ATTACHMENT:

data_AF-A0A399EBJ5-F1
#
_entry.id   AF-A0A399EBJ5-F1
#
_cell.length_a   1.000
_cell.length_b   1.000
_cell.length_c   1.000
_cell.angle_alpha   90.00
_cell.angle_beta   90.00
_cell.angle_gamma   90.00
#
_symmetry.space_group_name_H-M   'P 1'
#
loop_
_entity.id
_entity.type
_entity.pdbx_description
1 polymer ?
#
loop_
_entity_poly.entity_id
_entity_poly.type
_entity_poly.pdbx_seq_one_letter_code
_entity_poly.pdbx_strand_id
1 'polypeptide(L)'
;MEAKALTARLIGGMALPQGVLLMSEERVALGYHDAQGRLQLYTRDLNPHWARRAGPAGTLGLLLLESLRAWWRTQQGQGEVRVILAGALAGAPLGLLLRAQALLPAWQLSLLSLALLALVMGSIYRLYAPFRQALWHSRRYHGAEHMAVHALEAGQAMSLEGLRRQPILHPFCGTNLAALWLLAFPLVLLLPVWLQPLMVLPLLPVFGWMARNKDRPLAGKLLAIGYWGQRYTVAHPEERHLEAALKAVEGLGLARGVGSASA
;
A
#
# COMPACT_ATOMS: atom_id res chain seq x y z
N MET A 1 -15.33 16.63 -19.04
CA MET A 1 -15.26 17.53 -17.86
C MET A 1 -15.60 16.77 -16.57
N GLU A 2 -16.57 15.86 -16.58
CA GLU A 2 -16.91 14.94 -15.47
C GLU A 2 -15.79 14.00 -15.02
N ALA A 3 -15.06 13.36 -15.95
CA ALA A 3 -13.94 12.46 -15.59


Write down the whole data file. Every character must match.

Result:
data_AF-A0A399EBJ5-F1
#
_entry.id   AF-A0A399EBJ5-F1
#
_cell.length_a   1.000
_cell.length_b   1.000
_cell.length_c   1.000
_cell.angle_alpha   90.00
_cell.angle_beta   90.00
_cell.angle_gamma   90.00
#
_symmetry.space_group_name_H-M   'P 1'
#
loop_
_entity.id
_entity.type
_entity.pdbx_description
1 polymer ?
#
loop_
_entity_poly.entity_id
_entity_poly.type
_entity_poly.pdbx_seq_one_letter_code
_entity_poly.pdbx_strand_id
1 'polypeptide(L)'
;MEAKALTARLIGGMALPQGVLLMSEERVALGYHDAQGRLQLYTRDLNPHWARRAGPAGTLGLLLLESLRAWWRTQQGQGEVRVILAGALAGAPLGLLLRAQALLPAWQLSLLSLALLALVMGSIYRLYAPFRQALWHSRRYHGAEHMAVHALEAGQAMSLEGLRRQPILHPFCGTNLAALWLLAFPLVLLLPVWLQPLMVLPLLPVFGWMARNKDRPLAGKLLAIGYWGQRYTVAHPEERHLEAALKAVEGLGLARGVGSASA
;
A
#
# COMPACT_ATOMS: atom_id res chain seq x y z
N MET A 1 -15.33 16.63 -19.04
CA MET A 1 -15.26 17.53 -17.86
C MET A 1 -15.60 16.77 -16.57
N GLU A 2 -16.57 15.86 -16.58
CA GLU A 2 -16.91 14.94 -15.47
C GLU A 2 -15.79 14.00 -15.02
N ALA A 3 -15.06 13.36 -15.95
CA ALA A 3 -13.94 12.46 -15.59